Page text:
[25] The factor Ap in (27) corresponds to the array factor resulting from the array excited with the coefficients associated with the pth MBF:

equation image
equation image
equation image

where ux and uy are the horizontal projections of the unit vector equation image which indicates the direction of observation:

equation image
equation image

with MxMy the dimension of the two-dimensional inverse discrete Fourier transform, carried out with low complexity with the help of the FFT algorithm, and r ∈ [0, 1, …, Mx], s ∈ [0, 1, …, My], while a and b are the array spacings along x and y.

[26] A finer sampling in the domain of directions ux and uy is easily obtained by artificially augmenting the size N of the array, through a zero-padding procedure. From (30), it can be seen that the solution will be periodic in the (ux, uy) plane with periods (2π/ka, 2π/kb) = (λ/a, λ/b), respectively. The values of ux and uy, as given by (32) and (33), are limited to ux ∈ [−1/2 λ/a, 1/2 λ/a] and uy ∈ [−1/2 λ/b, 1/2 λ/b]. This means that, when the array spacing, a or b, is larger than half a wavelength, the values of ux and uy do not cover the whole visible space, defined by ux2 + uy2 < 1. The pattern in the remaining part of the visible space is then obtained with the help of the periodicity referred to above, leading to the onset of grating lobes.

6. Numerical Examples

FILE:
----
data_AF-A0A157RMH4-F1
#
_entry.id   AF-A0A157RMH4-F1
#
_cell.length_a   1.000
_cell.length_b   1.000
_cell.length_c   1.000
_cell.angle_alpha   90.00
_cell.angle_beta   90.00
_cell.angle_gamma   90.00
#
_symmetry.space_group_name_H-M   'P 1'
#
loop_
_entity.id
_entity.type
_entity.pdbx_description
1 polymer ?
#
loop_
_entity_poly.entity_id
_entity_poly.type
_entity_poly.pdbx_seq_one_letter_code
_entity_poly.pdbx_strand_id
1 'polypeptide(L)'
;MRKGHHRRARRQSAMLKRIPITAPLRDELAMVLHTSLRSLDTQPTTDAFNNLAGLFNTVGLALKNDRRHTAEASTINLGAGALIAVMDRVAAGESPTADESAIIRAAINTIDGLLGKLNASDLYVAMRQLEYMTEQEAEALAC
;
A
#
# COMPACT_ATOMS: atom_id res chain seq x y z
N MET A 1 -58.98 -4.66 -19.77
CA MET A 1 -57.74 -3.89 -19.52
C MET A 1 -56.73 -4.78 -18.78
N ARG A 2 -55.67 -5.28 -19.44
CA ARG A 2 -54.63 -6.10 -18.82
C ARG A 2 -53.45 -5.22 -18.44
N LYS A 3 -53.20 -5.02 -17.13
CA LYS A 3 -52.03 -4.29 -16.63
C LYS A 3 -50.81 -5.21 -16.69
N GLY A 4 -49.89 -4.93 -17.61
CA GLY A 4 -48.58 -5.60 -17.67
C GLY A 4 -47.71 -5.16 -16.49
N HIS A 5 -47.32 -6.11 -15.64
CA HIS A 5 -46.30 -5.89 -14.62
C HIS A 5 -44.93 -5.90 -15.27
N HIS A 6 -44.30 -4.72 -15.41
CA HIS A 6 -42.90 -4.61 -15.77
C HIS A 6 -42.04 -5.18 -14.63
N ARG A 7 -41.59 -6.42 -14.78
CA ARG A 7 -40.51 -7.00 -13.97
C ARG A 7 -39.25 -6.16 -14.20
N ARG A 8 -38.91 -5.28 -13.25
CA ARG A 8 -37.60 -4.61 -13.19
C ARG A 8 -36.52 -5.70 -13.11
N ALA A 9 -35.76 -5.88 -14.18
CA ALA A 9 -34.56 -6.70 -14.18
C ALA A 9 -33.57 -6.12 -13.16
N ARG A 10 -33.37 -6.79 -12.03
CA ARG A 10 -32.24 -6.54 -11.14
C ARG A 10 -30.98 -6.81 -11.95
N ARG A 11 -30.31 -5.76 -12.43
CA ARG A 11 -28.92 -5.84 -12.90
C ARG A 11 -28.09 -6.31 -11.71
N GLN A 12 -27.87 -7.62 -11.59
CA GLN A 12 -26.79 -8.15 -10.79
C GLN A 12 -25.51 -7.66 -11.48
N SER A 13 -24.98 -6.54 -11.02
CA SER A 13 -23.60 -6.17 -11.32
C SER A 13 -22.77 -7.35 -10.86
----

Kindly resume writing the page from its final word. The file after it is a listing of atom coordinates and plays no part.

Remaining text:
[27] In this section, examples will be shown for an array of tapered-slot antennas [Shin and Schaubert, 1999], made of a metallic fin embedded in a dielectric slab of relative permittivity equal to 4. In the examples below, the slabs enclosing the antennas will be disconnected. However, the results obtained by Craeye and Sarkis [2008] for connected arrays with the help of infinite-array solutions for the case of purely metallic materials allow us to expect the MBF approach to be extensible to connected dielectric structures; such approaches may benefit from infinite-array solution methods as the one described by Dardenne and Craeye [2008]. The width of the metallic part of the antenna is 12.7 cm, its height is 20.8 cm (that metallic part is similar to the one considered for simulations by Schaubert et al. [2003], with a 12% smaller height). The slab has a thickness of 0.5 cm and exceeds the antenna dimensions by 0.2 cm in the two other dimensions. The mesh, made of RWG [Rao et al., 1982], rooftop and hybrid basis functions, is shown in Figure 2. The array structure is shown in Figure 3. The array spacing is 14 cm in both directions, and the antennas are fed by a delta-gap source located just above the cavity. The free-space wavelength of operation is 30 cm. A first validation test consists of verifying that the power Pin fed to the impedance of an isolated antenna corresponds to the total power Prad radiated in the fields. The antenna impedance is 40.9 − j 11.7 Ω. The relative error of Prad with respect to Pin is 1.15%, which may be considered as sufficiently low, in view of the relatively coarse meshing of the structure (about 8 rooftop basis functions per wavelength in the dielectric medium).